The Event Horizon Telescope collaboration, an international team of radio astronomers that has been staring down the throat of a giant black hole for years, on Wednesday published what it called the most intimate portrait yet of the forces that give rise to quasars, the luminous fountains of energy that can reach across interstellar and intergalactic space and disrupt the growth of distant galaxies.
The black hole in question is a monster 6.5 billion times as massive as the sun, and lies in the center of an enormous elliptical galaxy, Messier 87, about 55 million light-years away in the constellation Virgo. Two years ago, the team photographed it, producing the first-ever image of a black hole; the hitherto invisible entity, a porthole to eternity. It looked like a fuzzy smoke ring, much as Albert Einstein’s equations had predicted a century ago.
The group has spent the last two years extracting more data from their observations about the polarization of the radio waves, which can reveal the shape of the magnetic fields in the hot gas swirling around the hole.
Now, seen through the radio equivalent of polarized sunglasses, the M87 black hole appears as a finely whiskered vortex, like the spinning fan blades of a jet engine, pumping matter into the black hole and energy outward into space.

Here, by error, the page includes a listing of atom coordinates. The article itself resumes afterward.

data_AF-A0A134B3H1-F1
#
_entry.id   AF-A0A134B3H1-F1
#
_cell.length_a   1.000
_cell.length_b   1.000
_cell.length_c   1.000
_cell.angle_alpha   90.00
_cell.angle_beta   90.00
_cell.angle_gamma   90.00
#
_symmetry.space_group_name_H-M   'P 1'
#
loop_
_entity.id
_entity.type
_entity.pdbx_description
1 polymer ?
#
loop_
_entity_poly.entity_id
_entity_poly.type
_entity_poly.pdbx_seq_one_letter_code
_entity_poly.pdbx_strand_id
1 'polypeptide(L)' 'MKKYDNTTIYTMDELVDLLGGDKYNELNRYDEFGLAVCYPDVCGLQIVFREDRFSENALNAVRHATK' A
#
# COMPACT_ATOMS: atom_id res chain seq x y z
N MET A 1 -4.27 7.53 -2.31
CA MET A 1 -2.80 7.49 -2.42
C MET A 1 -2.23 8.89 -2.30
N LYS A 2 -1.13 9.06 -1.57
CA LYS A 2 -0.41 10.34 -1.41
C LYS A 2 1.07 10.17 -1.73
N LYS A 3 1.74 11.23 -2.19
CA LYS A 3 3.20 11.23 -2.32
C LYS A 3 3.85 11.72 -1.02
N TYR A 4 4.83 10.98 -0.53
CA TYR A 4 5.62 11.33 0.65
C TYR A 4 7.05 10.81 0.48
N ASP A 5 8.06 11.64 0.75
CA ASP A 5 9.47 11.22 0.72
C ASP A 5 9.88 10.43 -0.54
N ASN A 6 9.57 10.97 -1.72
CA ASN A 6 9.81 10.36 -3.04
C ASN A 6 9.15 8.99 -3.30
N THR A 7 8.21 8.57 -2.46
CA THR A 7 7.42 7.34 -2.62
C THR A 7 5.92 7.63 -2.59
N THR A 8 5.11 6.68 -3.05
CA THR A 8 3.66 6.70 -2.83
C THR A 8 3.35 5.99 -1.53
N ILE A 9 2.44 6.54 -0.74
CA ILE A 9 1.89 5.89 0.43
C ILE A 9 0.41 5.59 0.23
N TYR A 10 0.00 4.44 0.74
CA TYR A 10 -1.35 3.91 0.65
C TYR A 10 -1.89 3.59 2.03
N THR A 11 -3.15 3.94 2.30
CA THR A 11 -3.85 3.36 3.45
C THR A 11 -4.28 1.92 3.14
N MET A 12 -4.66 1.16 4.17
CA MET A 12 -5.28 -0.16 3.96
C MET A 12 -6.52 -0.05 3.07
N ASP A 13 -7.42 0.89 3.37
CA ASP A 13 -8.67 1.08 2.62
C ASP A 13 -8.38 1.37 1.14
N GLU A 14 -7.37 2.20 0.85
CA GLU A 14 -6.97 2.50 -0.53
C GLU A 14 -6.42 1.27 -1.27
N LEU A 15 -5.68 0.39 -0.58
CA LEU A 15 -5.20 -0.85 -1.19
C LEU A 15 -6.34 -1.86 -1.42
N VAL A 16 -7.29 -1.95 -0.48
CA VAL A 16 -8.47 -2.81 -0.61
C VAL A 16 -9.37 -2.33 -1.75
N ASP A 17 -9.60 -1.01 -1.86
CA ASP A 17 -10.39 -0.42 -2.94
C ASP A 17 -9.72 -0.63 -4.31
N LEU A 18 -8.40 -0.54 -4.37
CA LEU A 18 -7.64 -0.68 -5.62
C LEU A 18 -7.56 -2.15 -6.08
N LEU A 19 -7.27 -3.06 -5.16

two papers published in the Astrophysical Journal Letters by the Event Horizon Telescope Collaboration, and in a third paper, by Ciriaco Goddi of Radboud University in the Netherlands and a large international cast, that has been accepted by the same journal.
Dark demons of the cosmos
the Event Horizon Telescope, an international collaboration that now comprises some 300 astronomers from 13 institutions.
The telescope is named after the point of no return around a black hole; beyond the event horizon, all light and matter is consumed. In April 2017, when the telescope spent 10 days observing M87, it consisted of a network of eight radio observatories around the globe — “a telescope as big as the world,” as Dr. Doeleman likes to say, able to spot details as small as an orange on the moon. The team then took two years to process the data. The results came together in April 2019, when Dr. Doeleman and his colleagues presented the first-ever images — radio maps, really — of a black hole, the monster in M87.